Lonnie Shea, University of Michigan–Ann Arbor
Intravenous Nanoparticle Delivery for Reprogramming Immune Cells and Modulating Inflammatory Disease
Written by Jessalyn Low Hui Ying
While the immune system plays a critical role for protection against diseases and infections, an undesired immune response can result in many pathological conditions and inflammatory diseases. In this talk, Lonnie Shea presents his research team’s work on using nanoparticle delivery to reprogram immune cells for modulating immune response.
Shea first explained that the main motivation behind this research is autoimmune diseases. In the treatment of autoimmune diseases, establishment of peripheral tolerance, which involves antigens presented by antigen-presenting cells (APCs), is important. Therefore, the researchers developed nanoparticles to deliver antigens, targeting the peripheral tolerance pathway. Here, poly(lactide-coglycolide) (PLG) nanoparticles were encapsulated with antigens, which were then studied using an experimental autoimmune encephalomyelitis model. The researchers discovered that when nanoparticles were delivered with the correct antigen (PLP139–151), immune response was suppressed for over 400 days which prevented the progression of autoimmune disease. Decreased spinal cord inflammation was also observed, consistent with antigen being delivered. Shea highlighted that here, getting an antigen-specific response is key for immune tolerance, rather than broadly suppressing immune response.
Shea next presents the use of these nanoparticles for spinal cord injury (SCI). In SCI, inflammatory monocytes and neutrophils are mobilized from the blood and spleen to the injured spinal cord, which contributes to inflammation and injury. To reprogram these immune cells through physicochemical means, the researchers similarly used PLG nanoparticles, drug-free. Here, the immune cells work to engulf the nanoparticles and are redirected away from the spinal cord to the spleen. Using hemisection SCI models, results following intravenous nanoparticle delivery showed that the immune cells were successfully colocalized with the nanoparticles. Majority of these immune cells were accumulated in the spleen, with only small amounts in the spinal cord, consistent with decreased spinal cord inflammation. Furthermore, the nanoparticles were shown to induce a pro-regenerative, anti-inflammatory phenotype in the immune cells, resulting in axonal regeneration and myelination following SCI. This suggests the capacity for immunomodulation of inflammatory immune cells through nanoparticle delivery to provide a more robust functional recovery.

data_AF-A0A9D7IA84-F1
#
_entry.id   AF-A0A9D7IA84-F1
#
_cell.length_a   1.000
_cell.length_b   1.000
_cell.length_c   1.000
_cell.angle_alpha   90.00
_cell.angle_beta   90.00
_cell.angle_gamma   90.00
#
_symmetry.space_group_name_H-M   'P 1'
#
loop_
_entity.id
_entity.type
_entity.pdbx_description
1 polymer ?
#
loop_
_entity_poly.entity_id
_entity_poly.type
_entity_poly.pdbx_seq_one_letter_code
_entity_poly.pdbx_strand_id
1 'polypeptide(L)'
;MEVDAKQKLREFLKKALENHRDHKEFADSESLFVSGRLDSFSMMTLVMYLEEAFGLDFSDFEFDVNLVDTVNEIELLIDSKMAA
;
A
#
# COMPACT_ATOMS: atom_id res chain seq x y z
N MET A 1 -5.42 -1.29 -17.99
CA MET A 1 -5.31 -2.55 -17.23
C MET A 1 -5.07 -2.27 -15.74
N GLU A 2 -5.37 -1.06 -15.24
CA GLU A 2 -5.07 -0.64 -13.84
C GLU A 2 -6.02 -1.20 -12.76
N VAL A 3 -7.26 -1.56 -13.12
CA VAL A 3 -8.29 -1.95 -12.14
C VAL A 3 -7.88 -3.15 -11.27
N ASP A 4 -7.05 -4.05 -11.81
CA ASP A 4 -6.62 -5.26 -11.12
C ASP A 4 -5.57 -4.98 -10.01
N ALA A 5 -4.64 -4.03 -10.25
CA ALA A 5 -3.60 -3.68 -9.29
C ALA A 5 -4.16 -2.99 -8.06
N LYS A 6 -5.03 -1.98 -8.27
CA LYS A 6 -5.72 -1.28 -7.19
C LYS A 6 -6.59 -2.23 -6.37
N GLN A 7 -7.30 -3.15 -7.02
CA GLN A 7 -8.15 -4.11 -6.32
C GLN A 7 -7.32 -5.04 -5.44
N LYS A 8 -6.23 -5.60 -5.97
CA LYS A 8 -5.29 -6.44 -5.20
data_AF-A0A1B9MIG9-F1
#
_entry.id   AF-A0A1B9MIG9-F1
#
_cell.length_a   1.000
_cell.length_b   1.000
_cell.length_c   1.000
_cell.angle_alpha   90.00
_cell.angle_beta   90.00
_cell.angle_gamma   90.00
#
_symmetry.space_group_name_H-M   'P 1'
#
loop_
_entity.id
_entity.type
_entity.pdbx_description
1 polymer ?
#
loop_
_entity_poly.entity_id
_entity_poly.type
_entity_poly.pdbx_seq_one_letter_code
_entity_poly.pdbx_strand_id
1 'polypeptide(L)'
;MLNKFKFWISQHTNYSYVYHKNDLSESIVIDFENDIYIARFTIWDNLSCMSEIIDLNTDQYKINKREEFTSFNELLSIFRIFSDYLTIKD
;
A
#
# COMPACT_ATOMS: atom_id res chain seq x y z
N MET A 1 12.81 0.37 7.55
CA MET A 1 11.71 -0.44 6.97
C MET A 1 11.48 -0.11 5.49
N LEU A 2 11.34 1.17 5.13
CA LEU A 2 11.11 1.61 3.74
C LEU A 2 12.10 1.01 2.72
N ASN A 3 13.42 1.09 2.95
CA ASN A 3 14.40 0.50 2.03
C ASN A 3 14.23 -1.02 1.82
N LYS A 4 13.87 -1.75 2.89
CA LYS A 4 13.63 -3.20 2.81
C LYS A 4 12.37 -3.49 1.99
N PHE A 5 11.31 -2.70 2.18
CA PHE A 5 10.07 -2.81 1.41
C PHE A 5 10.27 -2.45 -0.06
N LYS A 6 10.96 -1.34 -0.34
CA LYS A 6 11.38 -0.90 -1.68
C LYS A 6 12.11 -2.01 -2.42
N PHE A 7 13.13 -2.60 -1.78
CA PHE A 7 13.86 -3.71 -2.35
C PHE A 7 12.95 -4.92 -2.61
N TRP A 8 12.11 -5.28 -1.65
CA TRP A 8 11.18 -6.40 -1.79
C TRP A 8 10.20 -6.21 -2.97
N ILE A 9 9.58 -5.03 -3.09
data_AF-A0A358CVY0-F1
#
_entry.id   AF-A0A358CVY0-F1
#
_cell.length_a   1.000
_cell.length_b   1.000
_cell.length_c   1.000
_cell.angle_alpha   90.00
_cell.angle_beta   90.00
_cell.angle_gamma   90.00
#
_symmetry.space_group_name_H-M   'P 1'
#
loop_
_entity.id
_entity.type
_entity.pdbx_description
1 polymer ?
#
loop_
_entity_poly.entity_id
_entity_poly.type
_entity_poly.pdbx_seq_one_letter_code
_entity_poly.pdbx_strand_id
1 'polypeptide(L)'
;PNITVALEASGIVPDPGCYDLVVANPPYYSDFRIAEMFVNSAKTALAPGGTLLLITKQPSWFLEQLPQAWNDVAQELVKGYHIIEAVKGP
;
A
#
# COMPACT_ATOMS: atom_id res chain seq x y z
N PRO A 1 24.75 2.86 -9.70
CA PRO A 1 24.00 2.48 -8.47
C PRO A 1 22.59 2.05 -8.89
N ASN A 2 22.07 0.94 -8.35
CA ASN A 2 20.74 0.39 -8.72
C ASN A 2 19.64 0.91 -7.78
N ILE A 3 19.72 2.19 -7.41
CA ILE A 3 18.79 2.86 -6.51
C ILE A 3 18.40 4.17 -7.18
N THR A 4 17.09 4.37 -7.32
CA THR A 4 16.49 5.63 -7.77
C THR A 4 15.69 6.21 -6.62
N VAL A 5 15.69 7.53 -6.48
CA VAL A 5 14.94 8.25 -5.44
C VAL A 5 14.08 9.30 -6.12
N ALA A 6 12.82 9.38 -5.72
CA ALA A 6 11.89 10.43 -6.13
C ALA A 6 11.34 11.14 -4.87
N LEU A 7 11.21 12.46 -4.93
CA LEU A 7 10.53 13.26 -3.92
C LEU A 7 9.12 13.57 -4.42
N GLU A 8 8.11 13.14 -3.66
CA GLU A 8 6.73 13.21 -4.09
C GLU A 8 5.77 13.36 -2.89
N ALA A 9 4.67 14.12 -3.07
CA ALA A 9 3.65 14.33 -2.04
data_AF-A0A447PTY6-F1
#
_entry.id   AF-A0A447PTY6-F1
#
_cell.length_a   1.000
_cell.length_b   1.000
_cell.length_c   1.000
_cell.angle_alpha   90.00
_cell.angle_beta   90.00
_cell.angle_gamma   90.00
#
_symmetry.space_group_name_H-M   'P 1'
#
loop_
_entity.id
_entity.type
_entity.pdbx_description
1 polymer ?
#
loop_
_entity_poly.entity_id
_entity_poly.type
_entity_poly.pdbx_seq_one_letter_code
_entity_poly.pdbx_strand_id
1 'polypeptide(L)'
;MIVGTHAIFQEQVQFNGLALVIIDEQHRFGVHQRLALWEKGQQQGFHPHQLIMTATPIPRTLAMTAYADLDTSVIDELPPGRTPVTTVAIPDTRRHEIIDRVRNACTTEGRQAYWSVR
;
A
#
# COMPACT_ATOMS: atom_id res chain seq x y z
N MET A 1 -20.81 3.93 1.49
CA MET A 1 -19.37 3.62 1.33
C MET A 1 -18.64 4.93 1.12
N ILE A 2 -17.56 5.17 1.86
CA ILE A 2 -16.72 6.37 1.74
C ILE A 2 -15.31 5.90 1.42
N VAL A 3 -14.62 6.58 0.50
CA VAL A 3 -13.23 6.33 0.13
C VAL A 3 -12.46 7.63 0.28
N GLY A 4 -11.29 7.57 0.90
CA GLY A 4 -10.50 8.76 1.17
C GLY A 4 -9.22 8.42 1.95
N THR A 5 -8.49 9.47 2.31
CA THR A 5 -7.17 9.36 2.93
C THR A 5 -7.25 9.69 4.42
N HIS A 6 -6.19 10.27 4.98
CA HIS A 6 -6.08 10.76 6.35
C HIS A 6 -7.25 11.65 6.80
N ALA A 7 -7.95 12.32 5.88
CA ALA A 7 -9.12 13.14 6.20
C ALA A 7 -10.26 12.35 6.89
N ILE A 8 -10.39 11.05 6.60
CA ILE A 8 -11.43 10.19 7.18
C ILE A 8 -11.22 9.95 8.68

Shea ends the talk reporting recent work where the researchers use nanoparticles to reduce the metastatic spread of cancer. By targeting the circulating immune cells, the formation of pre-metastatic niches (pMN), which contributes to metastasis, may be prevented. Results showed that nanoparticle treatment combined with anti-PD1 drugs decreased tumor size and metastasis, as well as prolonged survival.